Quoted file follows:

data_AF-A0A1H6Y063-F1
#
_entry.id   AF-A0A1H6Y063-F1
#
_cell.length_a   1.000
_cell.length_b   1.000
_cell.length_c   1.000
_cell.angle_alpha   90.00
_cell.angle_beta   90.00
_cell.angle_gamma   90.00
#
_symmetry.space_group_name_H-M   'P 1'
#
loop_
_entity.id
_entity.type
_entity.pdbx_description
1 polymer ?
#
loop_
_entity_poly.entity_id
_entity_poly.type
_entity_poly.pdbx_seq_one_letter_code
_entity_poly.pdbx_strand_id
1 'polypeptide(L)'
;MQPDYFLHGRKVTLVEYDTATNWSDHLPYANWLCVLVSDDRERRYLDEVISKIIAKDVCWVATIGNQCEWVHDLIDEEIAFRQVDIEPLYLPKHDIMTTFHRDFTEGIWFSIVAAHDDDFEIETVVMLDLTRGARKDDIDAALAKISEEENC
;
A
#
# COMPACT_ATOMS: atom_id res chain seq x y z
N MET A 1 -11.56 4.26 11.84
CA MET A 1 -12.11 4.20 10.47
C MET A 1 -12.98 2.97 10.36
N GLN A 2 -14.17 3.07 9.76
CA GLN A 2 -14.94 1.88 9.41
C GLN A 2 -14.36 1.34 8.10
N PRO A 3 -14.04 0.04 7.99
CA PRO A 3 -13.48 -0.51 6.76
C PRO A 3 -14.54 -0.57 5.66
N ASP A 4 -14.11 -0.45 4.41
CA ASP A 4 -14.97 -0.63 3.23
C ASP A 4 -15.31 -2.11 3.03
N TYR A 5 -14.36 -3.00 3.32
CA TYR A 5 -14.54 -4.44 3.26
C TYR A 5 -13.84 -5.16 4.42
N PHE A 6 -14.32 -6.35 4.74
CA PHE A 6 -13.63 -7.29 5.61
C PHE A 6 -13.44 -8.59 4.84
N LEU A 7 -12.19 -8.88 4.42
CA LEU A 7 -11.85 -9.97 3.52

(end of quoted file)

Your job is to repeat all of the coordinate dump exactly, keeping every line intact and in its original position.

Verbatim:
data_AF-A0A1H6Y063-F1
#
_entry.id   AF-A0A1H6Y063-F1
#
_cell.length_a   1.000
_cell.length_b   1.000
_cell.length_c   1.000
_cell.angle_alpha   90.00
_cell.angle_beta   90.00
_cell.angle_gamma   90.00
#
_symmetry.space_group_name_H-M   'P 1'
#
loop_
_entity.id
_entity.type
_entity.pdbx_description
1 polymer ?
#
loop_
_entity_poly.entity_id
_entity_poly.type
_entity_poly.pdbx_seq_one_letter_code
_entity_poly.pdbx_strand_id
1 'polypeptide(L)'
;MQPDYFLHGRKVTLVEYDTATNWSDHLPYANWLCVLVSDDRERRYLDEVISKIIAKDVCWVATIGNQCEWVHDLIDEEIAFRQVDIEPLYLPKHDIMTTFHRDFTEGIWFSIVAAHDDDFEIETVVMLDLTRGARKDDIDAALAKISEEENC
;
A
#
# COMPACT_ATOMS: atom_id res chain seq x y z
N MET A 1 -11.56 4.26 11.84
CA MET A 1 -12.11 4.20 10.47
C MET A 1 -12.98 2.97 10.36
N GLN A 2 -14.17 3.07 9.76
CA GLN A 2 -14.94 1.88 9.41
C GLN A 2 -14.36 1.34 8.10
N PRO A 3 -14.04 0.04 7.99
CA PRO A 3 -13.48 -0.51 6.76
C PRO A 3 -14.54 -0.57 5.66
N ASP A 4 -14.11 -0.45 4.41
CA ASP A 4 -14.97 -0.63 3.23
C ASP A 4 -15.31 -2.11 3.03
N TYR A 5 -14.36 -3.00 3.32
CA TYR A 5 -14.54 -4.44 3.26
C TYR A 5 -13.84 -5.16 4.42
N PHE A 6 -14.32 -6.35 4.74
CA PHE A 6 -13.63 -7.29 5.61
C PHE A 6 -13.44 -8.59 4.84
N LEU A 7 -12.19 -8.88 4.42
CA LEU A 7 -11.85 -9.97 3.52